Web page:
Because my faith struggles are still raw, I have refrained (although it’s been tempting!) from accusing Trump voters as not being True Christians. Though I firmly believe the values of his campaign are staunchly against everything Jesus Christ ever stood for, my experience with doubt has taught me that it’s not for me to judge the state of anyone’s heart if they claim Christ as Lord. As far as the dictionary is concerned, belief in Jesus’ divinity is the bare minimal requirement to call oneself a Christian. No matter how incredible I find their conclusions, everyone comes to the Bible with their own set of baggage and experiences that will influence the interpretation of what they read, and part of maintaining peace is attempting to understand that baggage.

It may be possible that church is the least healthy place to process some of the shock and determine which friendships are worth continuing, and which cannot be reconciled when the differences run too deep.What helps keep me sane is knowing that God is still there even when I feel spiritually homeless, and community can be done in coffee shops or apartment living rooms without the need for steeples. That’s all church is supposed to be, anyway: community. A group of people growing and learning together. The Bible never says it must happen in a specific building.

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6 thoughts on “Leaving church because of Trump-loving Christians

  1. Sarahbeth, thank you for such an eloquent statement of what I’ve been trying to say to my fellow white boomers, that they may think they are winning a culture war while they are losing a generation. I’m glad you haven’t given up on faith. Nor have I, saddened as I am with the political captivity of much of the church. I’m blessed to attend a small Brethren Church that doesn’t go there, which probably keeps me sane.

    Liked by 1 person

  2. Generally – in my experience you do not find the same kind of judgment in the Episcopal Church–as a church…there are folks who disagree on many issues within the church– but the welcome they extend seems to be broad enough to allow for such disagreement while the church itself unifies around liturgy, the table, prayer. And some– find the church not a forever home– but a wonderful respite – a place to feel welcome and to worship. Rachel Held Evans and Ben Irwin have written about that.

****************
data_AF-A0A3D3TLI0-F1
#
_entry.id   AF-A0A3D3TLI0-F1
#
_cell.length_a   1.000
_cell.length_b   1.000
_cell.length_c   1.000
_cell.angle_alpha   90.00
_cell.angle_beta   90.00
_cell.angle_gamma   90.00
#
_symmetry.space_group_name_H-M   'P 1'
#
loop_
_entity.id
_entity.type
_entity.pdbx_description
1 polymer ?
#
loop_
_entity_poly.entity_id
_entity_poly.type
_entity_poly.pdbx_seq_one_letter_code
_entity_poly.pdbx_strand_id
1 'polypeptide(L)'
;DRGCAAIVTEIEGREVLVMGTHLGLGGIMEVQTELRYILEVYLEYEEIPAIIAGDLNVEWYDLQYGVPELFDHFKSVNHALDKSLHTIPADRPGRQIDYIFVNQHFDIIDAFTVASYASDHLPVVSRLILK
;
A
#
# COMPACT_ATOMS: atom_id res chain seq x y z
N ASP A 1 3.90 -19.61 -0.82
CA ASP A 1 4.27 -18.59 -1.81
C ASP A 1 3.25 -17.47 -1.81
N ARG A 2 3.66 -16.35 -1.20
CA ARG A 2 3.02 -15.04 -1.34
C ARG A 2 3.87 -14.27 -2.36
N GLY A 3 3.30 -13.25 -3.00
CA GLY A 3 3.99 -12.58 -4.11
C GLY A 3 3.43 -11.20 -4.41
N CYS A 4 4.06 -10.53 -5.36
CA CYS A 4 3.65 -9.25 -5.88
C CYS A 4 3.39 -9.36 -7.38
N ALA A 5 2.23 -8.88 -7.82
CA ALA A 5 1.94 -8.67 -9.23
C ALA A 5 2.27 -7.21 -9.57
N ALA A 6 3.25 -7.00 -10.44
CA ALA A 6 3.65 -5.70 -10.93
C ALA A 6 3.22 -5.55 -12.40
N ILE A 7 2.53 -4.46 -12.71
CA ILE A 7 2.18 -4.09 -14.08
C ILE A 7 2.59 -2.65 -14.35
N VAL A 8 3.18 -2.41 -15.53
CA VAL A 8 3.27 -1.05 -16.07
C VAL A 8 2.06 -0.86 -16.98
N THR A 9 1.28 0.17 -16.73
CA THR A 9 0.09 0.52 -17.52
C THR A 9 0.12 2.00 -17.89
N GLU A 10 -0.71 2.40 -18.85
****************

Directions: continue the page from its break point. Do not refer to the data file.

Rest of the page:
Liked by 2 people

  3. For too many Christians in this country obsession about ‘culture war’ issues, particularly abortion, have become so identified with their faith that they don’t realize how blinkered by external ideologies they are. As I understand it, it was largely the abortion issue and the possibility of getting a conservative majority on the Supreme Court that will overturn Roe v. Wade that led many conservative Christians to vote for Trump– and such was their fixation on this issue that they have willfully ignored the abundant evidence that Trump portends disaster in almost every measurable dimension.

    The next six to twelve months are going to be rough, no doubt about it– but there are plenty of faithful Christians who haven’t drunk the Kool-aid, who understand that living out the Gospel is not a legislative agenda supported by the Republican party (or any party, for that matter). We must pray together and stay together and bear witness to a Gospel that is not dependent on political expediency or encumbered by political agendas. Hang in there.

    Liked by 1 person

  4. It’s important to note that leaving a church (or changing sects) isn’t “leaving Christianity”. Churches are institutional expressions of faith, not the faith itself. There are churches all across the political and cultural spectrum. It’s only the faith itself that is universal. And individual churches can be afflicted with problems that another church in the same sect might not have. I stopped going to churches back in the 1970s for a while because none of them accepted homosexuality as a normal variation in psychological orientation, and I had gay friends who had been treated with a distinct lack of compassion IN church. Once more churches started growing up about that, I went back and rejoined. But I never stopped praying, studying the Bible or believing.

    Liked by 1 person